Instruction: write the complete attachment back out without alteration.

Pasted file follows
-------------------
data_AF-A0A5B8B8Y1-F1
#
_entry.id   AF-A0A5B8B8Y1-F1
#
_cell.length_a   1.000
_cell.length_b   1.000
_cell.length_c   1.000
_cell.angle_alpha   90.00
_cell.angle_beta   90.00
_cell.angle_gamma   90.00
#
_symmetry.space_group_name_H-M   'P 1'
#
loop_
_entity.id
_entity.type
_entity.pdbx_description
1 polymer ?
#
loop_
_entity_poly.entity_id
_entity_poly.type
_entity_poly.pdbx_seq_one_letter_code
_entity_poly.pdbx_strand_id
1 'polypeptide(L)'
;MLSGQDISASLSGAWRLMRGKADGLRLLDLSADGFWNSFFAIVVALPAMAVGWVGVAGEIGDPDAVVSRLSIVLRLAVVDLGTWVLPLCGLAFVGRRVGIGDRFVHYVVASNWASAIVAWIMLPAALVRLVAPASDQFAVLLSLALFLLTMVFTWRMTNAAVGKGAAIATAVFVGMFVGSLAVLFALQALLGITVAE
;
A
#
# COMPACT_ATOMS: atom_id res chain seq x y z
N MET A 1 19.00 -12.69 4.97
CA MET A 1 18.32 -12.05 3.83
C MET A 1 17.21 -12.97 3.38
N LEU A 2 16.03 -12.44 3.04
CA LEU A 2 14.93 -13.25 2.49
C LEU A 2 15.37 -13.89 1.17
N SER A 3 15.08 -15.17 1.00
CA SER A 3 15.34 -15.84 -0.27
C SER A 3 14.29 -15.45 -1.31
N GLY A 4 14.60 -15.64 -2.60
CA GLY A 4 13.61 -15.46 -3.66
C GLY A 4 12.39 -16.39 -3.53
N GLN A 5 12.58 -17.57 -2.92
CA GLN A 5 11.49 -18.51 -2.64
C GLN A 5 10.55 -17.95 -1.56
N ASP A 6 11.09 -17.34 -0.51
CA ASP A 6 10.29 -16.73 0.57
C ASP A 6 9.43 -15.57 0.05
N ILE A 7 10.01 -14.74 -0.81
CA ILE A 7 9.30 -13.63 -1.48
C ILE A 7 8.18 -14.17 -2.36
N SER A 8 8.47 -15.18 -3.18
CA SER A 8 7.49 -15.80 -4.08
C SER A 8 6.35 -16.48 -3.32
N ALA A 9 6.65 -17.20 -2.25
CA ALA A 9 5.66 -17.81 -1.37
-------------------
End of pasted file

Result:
data_AF-A0A5B8B8Y1-F1
#
_entry.id   AF-A0A5B8B8Y1-F1
#
_cell.length_a   1.000
_cell.length_b   1.000
_cell.length_c   1.000
_cell.angle_alpha   90.00
_cell.angle_beta   90.00
_cell.angle_gamma   90.00
#
_symmetry.space_group_name_H-M   'P 1'
#
loop_
_entity.id
_entity.type
_entity.pdbx_description
1 polymer ?
#
loop_
_entity_poly.entity_id
_entity_poly.type
_entity_poly.pdbx_seq_one_letter_code
_entity_poly.pdbx_strand_id
1 'polypeptide(L)'
;MLSGQDISASLSGAWRLMRGKADGLRLLDLSADGFWNSFFAIVVALPAMAVGWVGVAGEIGDPDAVVSRLSIVLRLAVVDLGTWVLPLCGLAFVGRRVGIGDRFVHYVVASNWASAIVAWIMLPAALVRLVAPASDQFAVLLSLALFLLTMVFTWRMTNAAVGKGAAIATAVFVGMFVGSLAVLFALQALLGITVAE
;
A
#
# COMPACT_ATOMS: atom_id res chain seq x y z
N MET A 1 19.00 -12.69 4.97
CA MET A 1 18.32 -12.05 3.83
C MET A 1 17.21 -12.97 3.38
N LEU A 2 16.03 -12.44 3.04
CA LEU A 2 14.93 -13.25 2.49
C LEU A 2 15.37 -13.89 1.17
N SER A 3 15.08 -15.17 1.00
CA SER A 3 15.34 -15.84 -0.27
C SER A 3 14.29 -15.45 -1.31
N GLY A 4 14.60 -15.64 -2.60
CA GLY A 4 13.61 -15.46 -3.66
C GLY A 4 12.39 -16.39 -3.53
N GLN A 5 12.58 -17.57 -2.92
CA GLN A 5 11.49 -18.51 -2.64
C GLN A 5 10.55 -17.95 -1.56
N ASP A 6 11.09 -17.34 -0.51
CA ASP A 6 10.29 -16.73 0.57
C ASP A 6 9.43 -15.57 0.05
N ILE A 7 10.01 -14.74 -0.81
CA ILE A 7 9.30 -13.63 -1.48
C ILE A 7 8.18 -14.17 -2.36
N SER A 8 8.47 -15.18 -3.18
CA SER A 8 7.49 -15.80 -4.08
C SER A 8 6.35 -16.48 -3.32
N ALA A 9 6.65 -17.20 -2.25
CA ALA A 9 5.66 -17.81 -1.37